Ryan, who played soccer in his youth, found himself half-wishing he could serve as the Cardinals' designated hitter on Saturday, so he could check in periodically on the U.S.A. game. But he was still happy to make the 'sacrifice' of playing in a big league game even if it meant missing the soccer.
But he almost missed the U.S.'s previous game as well, a Wednesday morning contest against Algeria that was punctuated by a memorable goal in extra time.
"I had forgotten," he said. "For whatever reason, I had forgotten. So I woke up, and it was the 90th minute. I woke up and I thought it was a highlight. It was like, dribble, dribble, shot, rebound, shot goal. And I was like, 'Oh, it's the highlights.' And it turns out it was the biggest moment in U.S. soccer in a while. So that was pretty cool. But I wish I'd woken up in the 80th minute or something."
Ranger shortstop Elvis Andrus is a Venezuelan who said he is rooting all the way for Brazil.
"It's the way they play. Our country hasn't had the chance or the opportunity and hasn't been lucky enough to be in the World Cup," he said. "Brazil, Colombia, those are countries that are right next to us. And Brazil is having such success and has the whole history."
But Andrus said he picked USA over Ghana in the brackets that teammate Darren O'Day circulated in the Rangers clubhouse. O'Day has been totally into this. He downloaded the familiar vuvuzela sound app on his iPhone and plays it often on the team plane. He has been running up and down the aisles to "get everyone excited. They really don't like it at all. It gets pretty loud." But that, he said, is all part of this World Cup.
"Yeah, there's a fever," O'Day said before the loss. "It only happens every four years."
At Sun Life Stadium in Florida, several of the Padres were glued to their clubhouse TVs -- none moreso than Tony Gwynn Jr. The Padres center fielder might be the biggest soccer fan of the bunch.
"That was a good one right there, I thought that was going in," Gwynn said late in the match when a U.S. shot sailed wide.
Gwynn, sitting in a clubhouse chair, appeared crestfallen after the final whistle blew, signaling the end of the run. But he said what happened in South Africa ultimately helped the longtime visibility of the sport in the U.S.
"I think they needed to get out of the first round for it to be a success," Gwynn said after watching them advance out of the Group C. "I feel like if you get to that second round, then you've done something."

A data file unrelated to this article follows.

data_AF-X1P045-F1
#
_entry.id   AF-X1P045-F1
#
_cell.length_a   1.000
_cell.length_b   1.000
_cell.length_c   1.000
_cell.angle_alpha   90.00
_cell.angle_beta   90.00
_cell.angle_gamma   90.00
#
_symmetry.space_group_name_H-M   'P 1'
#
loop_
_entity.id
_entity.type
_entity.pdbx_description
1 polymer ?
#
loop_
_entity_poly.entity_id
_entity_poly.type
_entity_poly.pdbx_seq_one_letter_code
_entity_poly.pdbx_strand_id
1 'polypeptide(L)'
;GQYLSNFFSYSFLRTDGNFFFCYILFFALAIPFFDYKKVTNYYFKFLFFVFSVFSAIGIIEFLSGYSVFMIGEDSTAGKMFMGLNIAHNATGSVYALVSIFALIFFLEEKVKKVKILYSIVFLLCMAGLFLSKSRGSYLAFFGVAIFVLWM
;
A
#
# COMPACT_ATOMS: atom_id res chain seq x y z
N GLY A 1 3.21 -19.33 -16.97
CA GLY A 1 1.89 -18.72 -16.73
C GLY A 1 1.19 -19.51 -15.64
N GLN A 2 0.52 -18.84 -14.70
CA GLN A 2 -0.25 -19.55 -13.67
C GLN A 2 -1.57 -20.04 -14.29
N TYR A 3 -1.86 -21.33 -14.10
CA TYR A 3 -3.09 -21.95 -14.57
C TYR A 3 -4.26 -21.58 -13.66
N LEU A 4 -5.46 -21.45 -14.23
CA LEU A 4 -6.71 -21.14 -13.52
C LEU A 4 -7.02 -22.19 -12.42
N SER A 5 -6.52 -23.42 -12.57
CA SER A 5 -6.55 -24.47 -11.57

Len Troupe, 42, of Franklin, Tenn., was at Turner Field for the Braves' home game against Detroit, and said he hopes this leads to bigger things for American soccer globally.
"It's U.S. We're getting better every year and we're going to be champions within 10-12 years," he said. "I've got a 4- and a 6-year old who are with my wife right now. We stood in front of a TV for two minutes and they were like, 'We have to get food.' We took care of them and then we just watched.
"It was fun to see the ride and see how hard they fought in the entry level group and get to where they are. This is where I want to see them turn it around and really get interested in the U.S. Hopefully we get the tournament in 2022 and see where we go from there."
White Sox fan Joe Woltman of Romeoville, Ill., said rooting for Team USA just made it even more fun to be a sports fan this summer.
"Team USA, well it's good to get fired up behind something, like Landon Donovan, coming to play every four years," he said. "Why not get excited."
Joe Espinosa of Geneva, Ill., chimed in: "When the Blackhawks win, the Sox, Bears, Super Bowl, Chicago's year, baby."
Jack Wilson of the Mariners said he can understand why everyone jumped on this train, including so many who normally just talk about baseball standings.
"I think it's something to root for that's patriotic," Wilson said. "People are behind their country. I've followed it my whole life, and as the World Cup's gone on, our team has gotten better and better and better. Even four years from now, we're going to be even better than we are, by far. We have a very good under-21 team, under-18 team, very good players coming up. It's really something that gives people something to root for."
Wilson gave props to ESPN for "showing every single game and (getting) people into it. People are starting to learn the rules a little bit. It's never going to be a mainstream sport in this country, but it's awesome to see that people are really paying attention. People don't know how unbelievably talented these guys are."
People got to know more about Landon Donovan, even while they were paying attention to American stars like Ryan Braun, Josh Hamilton and Ryan Howard.
"It's unfortunate because we put so much into the game," Donovan said. "But I'm still real proud of these guys."